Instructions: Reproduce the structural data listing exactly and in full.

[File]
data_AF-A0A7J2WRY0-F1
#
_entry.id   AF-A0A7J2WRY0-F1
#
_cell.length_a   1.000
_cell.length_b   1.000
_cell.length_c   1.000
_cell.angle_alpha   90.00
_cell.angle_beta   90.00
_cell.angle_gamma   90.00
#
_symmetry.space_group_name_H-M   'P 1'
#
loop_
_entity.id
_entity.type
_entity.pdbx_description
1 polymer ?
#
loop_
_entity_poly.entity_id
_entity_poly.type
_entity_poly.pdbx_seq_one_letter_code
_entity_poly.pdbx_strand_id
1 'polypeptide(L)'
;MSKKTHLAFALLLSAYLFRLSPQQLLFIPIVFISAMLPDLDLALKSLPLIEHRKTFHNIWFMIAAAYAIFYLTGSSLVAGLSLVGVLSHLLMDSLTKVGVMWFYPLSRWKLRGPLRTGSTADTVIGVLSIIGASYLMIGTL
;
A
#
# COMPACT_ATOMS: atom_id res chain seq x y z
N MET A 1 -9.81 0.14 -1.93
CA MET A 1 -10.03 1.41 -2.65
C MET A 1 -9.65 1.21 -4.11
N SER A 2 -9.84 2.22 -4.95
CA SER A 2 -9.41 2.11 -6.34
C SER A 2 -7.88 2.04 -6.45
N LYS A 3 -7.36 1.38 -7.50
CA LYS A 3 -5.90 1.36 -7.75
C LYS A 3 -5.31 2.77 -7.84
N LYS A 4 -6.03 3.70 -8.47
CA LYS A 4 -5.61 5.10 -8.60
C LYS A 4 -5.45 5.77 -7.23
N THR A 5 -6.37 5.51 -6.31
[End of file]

data_AF-A0A7J2WRY0-F1
#
_entry.id   AF-A0A7J2WRY0-F1
#
_cell.length_a   1.000
_cell.length_b   1.000
_cell.length_c   1.000
_cell.angle_alpha   90.00
_cell.angle_beta   90.00
_cell.angle_gamma   90.00
#
_symmetry.space_group_name_H-M   'P 1'
#
loop_
_entity.id
_entity.type
_entity.pdbx_description
1 polymer ?
#
loop_
_entity_poly.entity_id
_entity_poly.type
_entity_poly.pdbx_seq_one_letter_code
_entity_poly.pdbx_strand_id
1 'polypeptide(L)'
;MSKKTHLAFALLLSAYLFRLSPQQLLFIPIVFISAMLPDLDLALKSLPLIEHRKTFHNIWFMIAAAYAIFYLTGSSLVAGLSLVGVLSHLLMDSLTKVGVMWFYPLSRWKLRGPLRTGSTADTVIGVLSIIGASYLMIGTL
;
A
#
# COMPACT_ATOMS: atom_id res chain seq x y z
N MET A 1 -9.81 0.14 -1.93
CA MET A 1 -10.03 1.41 -2.65
C MET A 1 -9.65 1.21 -4.11
N SER A 2 -9.84 2.22 -4.95
CA SER A 2 -9.41 2.11 -6.34
C SER A 2 -7.88 2.04 -6.45
N LYS A 3 -7.36 1.38 -7.50
CA LYS A 3 -5.90 1.36 -7.75
C LYS A 3 -5.31 2.77 -7.84
N LYS A 4 -6.03 3.70 -8.47
CA LYS A 4 -5.61 5.10 -8.60
C LYS A 4 -5.45 5.77 -7.23
N THR A 5 -6.37 5.51 -6.31